Is it ethical for a UK museum to buy Sekhemka?

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Rebecca Atkinson
The temporary export bar on the Egyptian Sekhemka statue, which was controversially sold last July to an overseas buyer by Northampton Borough Council, has given rise to a debate over whether it is ethical for a UK museum to buy it so it can go on public display.

The government has deferred granting an export licence for the statue until 29 July, but this may be extended until 29 March 2016 if a “serious intention” is made by an institution to raise the funds to buy it at the recommended price of £15.7m.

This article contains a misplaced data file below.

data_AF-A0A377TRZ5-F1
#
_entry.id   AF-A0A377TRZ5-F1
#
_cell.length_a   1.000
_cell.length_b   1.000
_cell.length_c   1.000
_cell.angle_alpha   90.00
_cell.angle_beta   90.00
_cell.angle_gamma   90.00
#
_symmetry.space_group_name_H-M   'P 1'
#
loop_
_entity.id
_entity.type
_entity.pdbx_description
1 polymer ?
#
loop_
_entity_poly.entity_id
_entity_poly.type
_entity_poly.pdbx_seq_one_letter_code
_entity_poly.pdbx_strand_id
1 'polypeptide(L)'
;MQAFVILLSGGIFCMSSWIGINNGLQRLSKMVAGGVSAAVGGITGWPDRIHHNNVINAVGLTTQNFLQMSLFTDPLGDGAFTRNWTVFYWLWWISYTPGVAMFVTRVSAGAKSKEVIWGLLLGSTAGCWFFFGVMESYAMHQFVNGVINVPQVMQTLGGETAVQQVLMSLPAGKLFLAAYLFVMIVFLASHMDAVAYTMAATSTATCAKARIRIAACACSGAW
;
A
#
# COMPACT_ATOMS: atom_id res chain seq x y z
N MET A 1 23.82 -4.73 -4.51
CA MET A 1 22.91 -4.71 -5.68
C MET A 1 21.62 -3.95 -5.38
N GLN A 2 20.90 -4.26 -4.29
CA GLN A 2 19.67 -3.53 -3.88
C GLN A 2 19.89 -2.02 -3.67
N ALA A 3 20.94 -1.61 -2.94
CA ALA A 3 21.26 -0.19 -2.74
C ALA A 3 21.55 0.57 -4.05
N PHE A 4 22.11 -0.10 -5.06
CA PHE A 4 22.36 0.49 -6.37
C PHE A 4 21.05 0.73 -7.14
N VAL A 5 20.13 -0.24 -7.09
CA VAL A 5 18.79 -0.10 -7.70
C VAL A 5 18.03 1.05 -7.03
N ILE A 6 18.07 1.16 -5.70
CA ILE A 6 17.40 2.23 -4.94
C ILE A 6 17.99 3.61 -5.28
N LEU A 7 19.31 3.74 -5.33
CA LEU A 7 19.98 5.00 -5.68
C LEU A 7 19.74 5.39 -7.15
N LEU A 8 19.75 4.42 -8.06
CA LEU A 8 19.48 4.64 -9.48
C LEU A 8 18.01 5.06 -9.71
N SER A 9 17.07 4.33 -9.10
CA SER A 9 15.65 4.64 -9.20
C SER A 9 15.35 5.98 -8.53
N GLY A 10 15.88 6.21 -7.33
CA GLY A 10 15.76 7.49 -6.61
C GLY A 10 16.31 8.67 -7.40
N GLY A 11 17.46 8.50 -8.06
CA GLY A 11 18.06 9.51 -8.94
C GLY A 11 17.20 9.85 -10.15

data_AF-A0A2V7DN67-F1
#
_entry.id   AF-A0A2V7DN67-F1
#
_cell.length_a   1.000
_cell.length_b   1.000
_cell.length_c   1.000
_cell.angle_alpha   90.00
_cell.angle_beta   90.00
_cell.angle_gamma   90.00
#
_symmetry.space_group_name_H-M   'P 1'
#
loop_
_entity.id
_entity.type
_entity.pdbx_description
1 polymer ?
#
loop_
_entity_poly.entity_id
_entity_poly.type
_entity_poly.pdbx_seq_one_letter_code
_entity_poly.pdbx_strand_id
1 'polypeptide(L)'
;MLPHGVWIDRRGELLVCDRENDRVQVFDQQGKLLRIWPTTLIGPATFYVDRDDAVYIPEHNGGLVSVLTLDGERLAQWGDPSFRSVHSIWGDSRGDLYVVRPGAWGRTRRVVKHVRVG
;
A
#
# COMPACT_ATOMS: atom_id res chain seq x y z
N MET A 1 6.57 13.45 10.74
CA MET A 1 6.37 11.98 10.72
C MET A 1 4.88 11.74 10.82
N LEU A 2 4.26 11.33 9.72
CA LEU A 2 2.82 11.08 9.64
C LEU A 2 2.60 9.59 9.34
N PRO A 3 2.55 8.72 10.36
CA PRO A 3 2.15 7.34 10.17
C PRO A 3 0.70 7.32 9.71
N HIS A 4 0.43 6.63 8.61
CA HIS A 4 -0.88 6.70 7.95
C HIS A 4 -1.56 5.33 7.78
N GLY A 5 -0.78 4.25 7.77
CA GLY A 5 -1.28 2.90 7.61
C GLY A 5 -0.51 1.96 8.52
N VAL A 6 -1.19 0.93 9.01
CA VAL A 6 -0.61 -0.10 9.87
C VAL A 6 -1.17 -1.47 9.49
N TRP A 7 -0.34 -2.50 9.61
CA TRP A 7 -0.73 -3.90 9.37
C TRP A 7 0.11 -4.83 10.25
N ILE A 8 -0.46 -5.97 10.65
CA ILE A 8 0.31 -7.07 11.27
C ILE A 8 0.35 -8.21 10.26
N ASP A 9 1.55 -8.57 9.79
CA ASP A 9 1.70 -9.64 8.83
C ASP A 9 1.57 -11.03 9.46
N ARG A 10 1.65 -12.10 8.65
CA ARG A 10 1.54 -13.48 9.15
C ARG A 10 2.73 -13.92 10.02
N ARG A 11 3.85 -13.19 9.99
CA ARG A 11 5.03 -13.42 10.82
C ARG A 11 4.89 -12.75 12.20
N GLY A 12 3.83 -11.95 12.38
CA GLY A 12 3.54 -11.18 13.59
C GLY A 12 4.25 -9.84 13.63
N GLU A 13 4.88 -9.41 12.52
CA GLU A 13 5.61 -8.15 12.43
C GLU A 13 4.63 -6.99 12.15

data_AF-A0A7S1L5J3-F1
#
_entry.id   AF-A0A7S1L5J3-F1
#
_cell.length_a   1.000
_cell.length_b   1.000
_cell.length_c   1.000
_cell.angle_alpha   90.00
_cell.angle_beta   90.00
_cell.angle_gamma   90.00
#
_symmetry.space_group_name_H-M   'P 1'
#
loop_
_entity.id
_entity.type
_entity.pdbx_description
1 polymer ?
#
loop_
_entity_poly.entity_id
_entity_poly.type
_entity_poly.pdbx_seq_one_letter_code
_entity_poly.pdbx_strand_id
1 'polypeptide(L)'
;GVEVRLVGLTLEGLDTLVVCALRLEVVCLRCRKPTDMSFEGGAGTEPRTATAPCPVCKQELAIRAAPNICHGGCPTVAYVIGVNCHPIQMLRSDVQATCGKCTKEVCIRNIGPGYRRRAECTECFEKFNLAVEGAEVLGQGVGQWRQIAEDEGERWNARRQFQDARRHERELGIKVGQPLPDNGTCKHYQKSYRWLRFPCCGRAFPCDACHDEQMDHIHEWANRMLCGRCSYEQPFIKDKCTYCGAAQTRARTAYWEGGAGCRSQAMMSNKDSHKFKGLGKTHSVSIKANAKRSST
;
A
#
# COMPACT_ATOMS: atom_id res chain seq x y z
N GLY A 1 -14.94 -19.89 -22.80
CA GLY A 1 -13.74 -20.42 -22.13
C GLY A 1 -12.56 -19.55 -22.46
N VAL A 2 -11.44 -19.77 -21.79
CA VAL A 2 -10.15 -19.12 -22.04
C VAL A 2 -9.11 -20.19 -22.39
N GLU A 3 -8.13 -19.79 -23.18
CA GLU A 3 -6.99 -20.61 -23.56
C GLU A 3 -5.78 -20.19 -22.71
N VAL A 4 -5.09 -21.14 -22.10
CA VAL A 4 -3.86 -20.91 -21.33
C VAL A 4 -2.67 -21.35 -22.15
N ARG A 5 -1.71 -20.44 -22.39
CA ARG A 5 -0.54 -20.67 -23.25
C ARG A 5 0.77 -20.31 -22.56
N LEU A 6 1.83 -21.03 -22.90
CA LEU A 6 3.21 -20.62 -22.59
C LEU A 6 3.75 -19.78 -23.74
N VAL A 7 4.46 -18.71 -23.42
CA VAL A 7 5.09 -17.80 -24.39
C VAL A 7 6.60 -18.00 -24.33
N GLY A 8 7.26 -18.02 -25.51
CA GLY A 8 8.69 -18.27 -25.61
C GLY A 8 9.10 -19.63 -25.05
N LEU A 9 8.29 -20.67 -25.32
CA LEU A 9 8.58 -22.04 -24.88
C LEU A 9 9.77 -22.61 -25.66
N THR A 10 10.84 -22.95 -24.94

But Alistair Brown, the policy officer at the Museums Association (MA), said it would be difficult for a public organisation to fundraise to buy the object as it would be “cross-subsidising”.

And the Save Sekhemka Action Group has released a statement calling for the buyer of the Egyptian statue to offer it on long-term loan to a major UK museum.

“We will not be part of any fundraising attempt to buy the statue from the present owner,” the group said in a statement. “To do so would be to risk giving legitimacy to similar sales contemplated by other local authorities.”

Would it be unethical for a UK museum to buy Sekhemka using public money? Or would such a purchase be justified if it meant the statue would stay in the UK on public display?

Vote in the poll and have your say in the comment box below.

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